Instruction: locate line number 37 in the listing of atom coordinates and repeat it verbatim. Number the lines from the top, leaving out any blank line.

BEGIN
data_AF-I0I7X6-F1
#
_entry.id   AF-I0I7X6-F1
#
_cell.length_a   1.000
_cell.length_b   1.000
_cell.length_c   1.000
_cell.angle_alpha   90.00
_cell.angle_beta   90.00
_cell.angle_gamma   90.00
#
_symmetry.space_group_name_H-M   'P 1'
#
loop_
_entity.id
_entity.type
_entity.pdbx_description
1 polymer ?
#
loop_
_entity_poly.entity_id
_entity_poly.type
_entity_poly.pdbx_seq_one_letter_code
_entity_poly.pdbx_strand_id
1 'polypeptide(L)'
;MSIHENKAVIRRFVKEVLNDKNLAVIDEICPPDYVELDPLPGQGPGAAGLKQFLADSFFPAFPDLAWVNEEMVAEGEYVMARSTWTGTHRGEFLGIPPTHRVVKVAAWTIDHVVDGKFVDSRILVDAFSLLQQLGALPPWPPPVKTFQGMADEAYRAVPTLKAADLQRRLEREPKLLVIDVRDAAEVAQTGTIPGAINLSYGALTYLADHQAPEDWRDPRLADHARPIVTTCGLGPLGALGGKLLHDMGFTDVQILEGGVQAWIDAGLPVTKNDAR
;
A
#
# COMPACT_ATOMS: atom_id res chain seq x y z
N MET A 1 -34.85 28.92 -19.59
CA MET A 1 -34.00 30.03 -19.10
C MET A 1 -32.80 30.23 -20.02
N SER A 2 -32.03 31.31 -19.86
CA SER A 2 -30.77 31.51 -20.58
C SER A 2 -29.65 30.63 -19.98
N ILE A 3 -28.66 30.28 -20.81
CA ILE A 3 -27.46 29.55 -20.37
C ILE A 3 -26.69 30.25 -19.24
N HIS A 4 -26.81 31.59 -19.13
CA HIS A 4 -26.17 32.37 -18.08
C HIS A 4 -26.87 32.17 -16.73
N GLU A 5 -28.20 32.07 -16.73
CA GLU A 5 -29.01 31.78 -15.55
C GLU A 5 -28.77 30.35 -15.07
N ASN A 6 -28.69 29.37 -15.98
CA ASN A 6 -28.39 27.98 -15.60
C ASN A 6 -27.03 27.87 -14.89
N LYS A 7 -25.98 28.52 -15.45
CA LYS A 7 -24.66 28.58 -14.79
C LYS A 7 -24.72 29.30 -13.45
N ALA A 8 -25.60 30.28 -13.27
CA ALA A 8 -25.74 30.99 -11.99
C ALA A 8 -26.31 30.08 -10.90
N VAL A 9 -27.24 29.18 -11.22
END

N ILE A 3 -28.66 30.28 -20.81